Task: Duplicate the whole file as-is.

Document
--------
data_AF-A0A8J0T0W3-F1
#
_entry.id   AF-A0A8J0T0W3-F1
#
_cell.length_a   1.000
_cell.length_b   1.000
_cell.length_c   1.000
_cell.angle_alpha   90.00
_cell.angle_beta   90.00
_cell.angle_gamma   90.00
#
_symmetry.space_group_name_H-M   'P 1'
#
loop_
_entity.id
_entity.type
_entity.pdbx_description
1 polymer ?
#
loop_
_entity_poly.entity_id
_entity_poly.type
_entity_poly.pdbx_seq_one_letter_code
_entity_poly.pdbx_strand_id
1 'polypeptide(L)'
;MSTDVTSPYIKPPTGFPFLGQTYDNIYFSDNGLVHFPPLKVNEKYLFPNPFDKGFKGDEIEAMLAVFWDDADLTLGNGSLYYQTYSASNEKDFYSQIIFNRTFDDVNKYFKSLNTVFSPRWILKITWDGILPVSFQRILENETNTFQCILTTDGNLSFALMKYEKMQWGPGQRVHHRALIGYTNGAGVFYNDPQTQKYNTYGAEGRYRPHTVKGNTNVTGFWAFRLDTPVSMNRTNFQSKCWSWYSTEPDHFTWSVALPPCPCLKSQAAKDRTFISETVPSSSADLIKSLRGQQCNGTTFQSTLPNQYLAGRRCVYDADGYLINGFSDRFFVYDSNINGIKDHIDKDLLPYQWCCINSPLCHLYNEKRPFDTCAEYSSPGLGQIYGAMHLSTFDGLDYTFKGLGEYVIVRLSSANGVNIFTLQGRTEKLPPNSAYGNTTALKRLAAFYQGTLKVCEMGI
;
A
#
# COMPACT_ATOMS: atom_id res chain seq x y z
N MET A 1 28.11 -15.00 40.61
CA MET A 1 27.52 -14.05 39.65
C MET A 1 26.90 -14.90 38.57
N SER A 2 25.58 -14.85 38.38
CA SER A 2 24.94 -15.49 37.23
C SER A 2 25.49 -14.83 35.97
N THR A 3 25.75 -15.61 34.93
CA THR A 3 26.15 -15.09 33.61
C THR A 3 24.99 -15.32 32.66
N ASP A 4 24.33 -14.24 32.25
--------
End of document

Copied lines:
data_AF-A0A8J0T0W3-F1
#
_entry.id   AF-A0A8J0T0W3-F1
#
_cell.length_a   1.000
_cell.length_b   1.000
_cell.length_c   1.000
_cell.angle_alpha   90.00
_cell.angle_beta   90.00
_cell.angle_gamma   90.00
#
_symmetry.space_group_name_H-M   'P 1'
#
loop_
_entity.id
_entity.type
_entity.pdbx_description
1 polymer ?
#
loop_
_entity_poly.entity_id
_entity_poly.type
_entity_poly.pdbx_seq_one_letter_code
_entity_poly.pdbx_strand_id
1 'polypeptide(L)'
;MSTDVTSPYIKPPTGFPFLGQTYDNIYFSDNGLVHFPPLKVNEKYLFPNPFDKGFKGDEIEAMLAVFWDDADLTLGNGSLYYQTYSASNEKDFYSQIIFNRTFDDVNKYFKSLNTVFSPRWILKITWDGILPVSFQRILENETNTFQCILTTDGNLSFALMKYEKMQWGPGQRVHHRALIGYTNGAGVFYNDPQTQKYNTYGAEGRYRPHTVKGNTNVTGFWAFRLDTPVSMNRTNFQSKCWSWYSTEPDHFTWSVALPPCPCLKSQAAKDRTFISETVPSSSADLIKSLRGQQCNGTTFQSTLPNQYLAGRRCVYDADGYLINGFSDRFFVYDSNINGIKDHIDKDLLPYQWCCINSPLCHLYNEKRPFDTCAEYSSPGLGQIYGAMHLSTFDGLDYTFKGLGEYVIVRLSSANGVNIFTLQGRTEKLPPNSAYGNTTALKRLAAFYQGTLKVCEMGI
;
A
#
# COMPACT_ATOMS: atom_id res chain seq x y z
N MET A 1 28.11 -15.00 40.61
CA MET A 1 27.52 -14.05 39.65
C MET A 1 26.90 -14.90 38.57
N SER A 2 25.58 -14.85 38.38
CA SER A 2 24.94 -15.49 37.23
C SER A 2 25.49 -14.83 35.97
N THR A 3 25.75 -15.61 34.93
CA THR A 3 26.15 -15.09 33.61
C THR A 3 24.99 -15.32 32.66
N ASP A 4 24.33 -14.24 32.25